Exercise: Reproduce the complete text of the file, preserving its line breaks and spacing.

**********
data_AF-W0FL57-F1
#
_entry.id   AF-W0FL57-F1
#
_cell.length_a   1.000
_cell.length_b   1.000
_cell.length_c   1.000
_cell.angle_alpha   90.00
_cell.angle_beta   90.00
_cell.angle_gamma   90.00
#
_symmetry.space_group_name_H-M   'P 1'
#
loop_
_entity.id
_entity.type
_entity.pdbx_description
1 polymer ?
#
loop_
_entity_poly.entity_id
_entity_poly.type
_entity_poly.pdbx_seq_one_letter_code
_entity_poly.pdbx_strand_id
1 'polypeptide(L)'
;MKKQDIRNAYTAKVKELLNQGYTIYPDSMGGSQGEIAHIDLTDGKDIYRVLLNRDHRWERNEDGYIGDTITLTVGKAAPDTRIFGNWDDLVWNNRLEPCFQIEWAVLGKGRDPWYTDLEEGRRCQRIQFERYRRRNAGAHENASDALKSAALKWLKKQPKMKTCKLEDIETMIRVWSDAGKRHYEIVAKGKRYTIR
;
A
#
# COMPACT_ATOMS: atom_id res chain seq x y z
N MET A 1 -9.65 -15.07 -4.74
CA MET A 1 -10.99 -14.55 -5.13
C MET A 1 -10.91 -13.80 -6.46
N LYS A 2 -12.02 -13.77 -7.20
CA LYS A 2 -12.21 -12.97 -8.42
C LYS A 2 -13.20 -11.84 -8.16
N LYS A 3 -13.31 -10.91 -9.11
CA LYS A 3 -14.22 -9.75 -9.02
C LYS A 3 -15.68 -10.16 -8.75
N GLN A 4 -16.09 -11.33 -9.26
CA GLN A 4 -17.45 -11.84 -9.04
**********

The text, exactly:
data_AF-W0FL57-F1
#
_entry.id   AF-W0FL57-F1
#
_cell.length_a   1.000
_cell.length_b   1.000
_cell.length_c   1.000
_cell.angle_alpha   90.00
_cell.angle_beta   90.00
_cell.angle_gamma   90.00
#
_symmetry.space_group_name_H-M   'P 1'
#
loop_
_entity.id
_entity.type
_entity.pdbx_description
1 polymer ?
#
loop_
_entity_poly.entity_id
_entity_poly.type
_entity_poly.pdbx_seq_one_letter_code
_entity_poly.pdbx_strand_id
1 'polypeptide(L)'
;MKKQDIRNAYTAKVKELLNQGYTIYPDSMGGSQGEIAHIDLTDGKDIYRVLLNRDHRWERNEDGYIGDTITLTVGKAAPDTRIFGNWDDLVWNNRLEPCFQIEWAVLGKGRDPWYTDLEEGRRCQRIQFERYRRRNAGAHENASDALKSAALKWLKKQPKMKTCKLEDIETMIRVWSDAGKRHYEIVAKGKRYTIR
;
A
#
# COMPACT_ATOMS: atom_id res chain seq x y z
N MET A 1 -9.65 -15.07 -4.74
CA MET A 1 -10.99 -14.55 -5.13
C MET A 1 -10.91 -13.80 -6.46
N LYS A 2 -12.02 -13.77 -7.20
CA LYS A 2 -12.21 -12.97 -8.42
C LYS A 2 -13.20 -11.84 -8.16
N LYS A 3 -13.31 -10.91 -9.11
CA LYS A 3 -14.22 -9.75 -9.02
C LYS A 3 -15.68 -10.16 -8.75
N GLN A 4 -16.09 -11.33 -9.26
CA GLN A 4 -17.45 -11.84 -9.04